Eight and a half years ago, I went to Petco for guinea pig food and returned with Sadie. One of the best decisions of my life. She was my solution to my mid-life crisis. The kids were graduating from "something" every two years and I could see my child-rearing days were coming to a close. I told Sadie she was never going to graduate from anything.

She was a rescue dog. One look into her chocolate-brown eyes and I was smitten. I don't know if I chose her or she chose me. (My friend Brian did suggest that Sadie chose her human.) For 8-1/2 years she was our stress-buster and our smile.

Her nose was often dyed yellow from zucchini blossoms or red from the tomatoes. And scraped from chasing chipmunks up drain spouts. Sades had a technicolor snout during the summer.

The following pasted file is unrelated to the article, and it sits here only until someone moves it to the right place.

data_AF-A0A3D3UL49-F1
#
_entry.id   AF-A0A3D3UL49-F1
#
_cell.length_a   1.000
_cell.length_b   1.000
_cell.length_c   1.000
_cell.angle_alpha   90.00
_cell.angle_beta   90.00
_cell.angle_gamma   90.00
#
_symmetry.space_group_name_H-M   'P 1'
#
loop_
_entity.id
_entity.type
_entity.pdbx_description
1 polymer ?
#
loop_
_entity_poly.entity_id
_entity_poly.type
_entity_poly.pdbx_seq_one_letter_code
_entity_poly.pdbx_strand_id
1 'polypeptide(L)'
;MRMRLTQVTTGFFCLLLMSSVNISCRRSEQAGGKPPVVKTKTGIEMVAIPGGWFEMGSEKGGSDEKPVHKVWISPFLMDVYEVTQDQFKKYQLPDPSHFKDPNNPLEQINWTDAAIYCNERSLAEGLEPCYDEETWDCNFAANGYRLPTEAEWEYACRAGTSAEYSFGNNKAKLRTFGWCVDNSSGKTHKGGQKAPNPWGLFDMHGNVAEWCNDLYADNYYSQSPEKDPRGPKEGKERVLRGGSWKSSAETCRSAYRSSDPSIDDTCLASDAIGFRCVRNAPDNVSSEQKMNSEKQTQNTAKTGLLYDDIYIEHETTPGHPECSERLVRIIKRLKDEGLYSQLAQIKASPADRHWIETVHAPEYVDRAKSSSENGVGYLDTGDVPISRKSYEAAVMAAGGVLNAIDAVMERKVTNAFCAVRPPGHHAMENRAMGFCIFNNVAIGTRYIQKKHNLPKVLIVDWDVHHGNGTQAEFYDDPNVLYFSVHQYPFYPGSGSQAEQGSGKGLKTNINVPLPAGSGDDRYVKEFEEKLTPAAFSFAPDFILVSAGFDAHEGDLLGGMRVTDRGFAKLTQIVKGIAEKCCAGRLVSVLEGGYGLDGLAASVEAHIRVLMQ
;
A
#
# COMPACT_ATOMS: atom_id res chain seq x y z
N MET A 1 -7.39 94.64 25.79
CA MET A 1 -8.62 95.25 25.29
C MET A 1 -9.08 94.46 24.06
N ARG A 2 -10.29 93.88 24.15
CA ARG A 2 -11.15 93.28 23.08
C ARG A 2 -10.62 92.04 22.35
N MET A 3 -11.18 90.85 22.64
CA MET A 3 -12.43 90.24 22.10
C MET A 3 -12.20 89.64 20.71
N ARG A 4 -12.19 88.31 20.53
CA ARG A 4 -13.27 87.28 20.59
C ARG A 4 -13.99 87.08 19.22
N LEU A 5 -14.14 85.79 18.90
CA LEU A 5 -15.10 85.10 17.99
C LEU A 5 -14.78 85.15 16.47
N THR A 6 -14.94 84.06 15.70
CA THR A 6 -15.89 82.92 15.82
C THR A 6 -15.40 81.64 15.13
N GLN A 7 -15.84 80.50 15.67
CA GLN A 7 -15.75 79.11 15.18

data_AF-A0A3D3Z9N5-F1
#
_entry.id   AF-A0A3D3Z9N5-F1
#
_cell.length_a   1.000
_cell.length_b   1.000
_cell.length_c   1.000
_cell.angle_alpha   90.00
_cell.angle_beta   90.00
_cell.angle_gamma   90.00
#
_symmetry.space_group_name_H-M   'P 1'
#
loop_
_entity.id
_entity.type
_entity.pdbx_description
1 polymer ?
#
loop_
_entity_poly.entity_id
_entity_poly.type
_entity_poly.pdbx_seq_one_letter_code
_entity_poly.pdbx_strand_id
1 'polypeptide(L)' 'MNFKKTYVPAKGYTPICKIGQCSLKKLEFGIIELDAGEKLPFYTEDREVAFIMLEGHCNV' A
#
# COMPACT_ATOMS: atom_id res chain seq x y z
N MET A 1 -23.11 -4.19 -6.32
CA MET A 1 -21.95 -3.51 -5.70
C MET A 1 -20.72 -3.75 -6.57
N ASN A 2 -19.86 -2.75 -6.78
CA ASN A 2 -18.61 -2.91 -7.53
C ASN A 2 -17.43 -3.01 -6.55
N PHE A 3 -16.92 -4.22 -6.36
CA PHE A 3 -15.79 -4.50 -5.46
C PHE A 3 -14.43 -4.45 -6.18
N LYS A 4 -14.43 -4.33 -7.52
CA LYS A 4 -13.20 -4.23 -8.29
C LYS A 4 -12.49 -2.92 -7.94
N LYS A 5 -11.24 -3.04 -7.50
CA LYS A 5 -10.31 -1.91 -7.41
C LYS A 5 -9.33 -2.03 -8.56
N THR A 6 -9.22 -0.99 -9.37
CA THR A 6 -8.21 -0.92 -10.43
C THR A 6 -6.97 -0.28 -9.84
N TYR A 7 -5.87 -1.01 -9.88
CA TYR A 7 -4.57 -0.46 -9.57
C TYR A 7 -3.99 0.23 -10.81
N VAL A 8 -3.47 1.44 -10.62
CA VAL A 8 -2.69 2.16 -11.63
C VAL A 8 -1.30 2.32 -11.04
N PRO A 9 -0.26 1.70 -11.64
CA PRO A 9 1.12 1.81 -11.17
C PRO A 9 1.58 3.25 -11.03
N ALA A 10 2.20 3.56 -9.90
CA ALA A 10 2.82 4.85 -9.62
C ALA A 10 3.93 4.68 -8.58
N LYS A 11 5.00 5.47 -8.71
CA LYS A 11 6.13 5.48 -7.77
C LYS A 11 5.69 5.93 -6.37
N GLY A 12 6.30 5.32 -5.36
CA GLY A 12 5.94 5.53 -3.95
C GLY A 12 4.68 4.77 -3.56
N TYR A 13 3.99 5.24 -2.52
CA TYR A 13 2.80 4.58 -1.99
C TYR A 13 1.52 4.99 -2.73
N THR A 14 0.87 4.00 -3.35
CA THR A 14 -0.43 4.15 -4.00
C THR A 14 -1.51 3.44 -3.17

I still find myself setting aside bits and pieces of salads for Sadie. This salad is so simple - I hardly call it a recipe. It's earthy - a bright smile all year - which is why both Sadie and I love it. And easy.

For 2-3 people + 1 salad eating dog:
1-2 packages of thawed artichoke hearts - sliced thin
3 celery ribs - sliced thin
1/2 fennel bulb - again sliced thin
Shaved Parmigiano-Reggiano - you determine the amount
Salt and pepper to taste
a fistful of chopped (fresh) Italian parsley

2 tablespoon extra-virgin olive oil
1 tablespoon freshly-squeezed lemon (I do equal amounts)

Think of it as crunchy sunshine. Try it - and share it.

"To some, she's an animal. To me, she is an adopted daughter who is short, furry, walks on all fours and doesn't always speak clearly."

Sadie: 1998-May 2011
Forever in our hearts.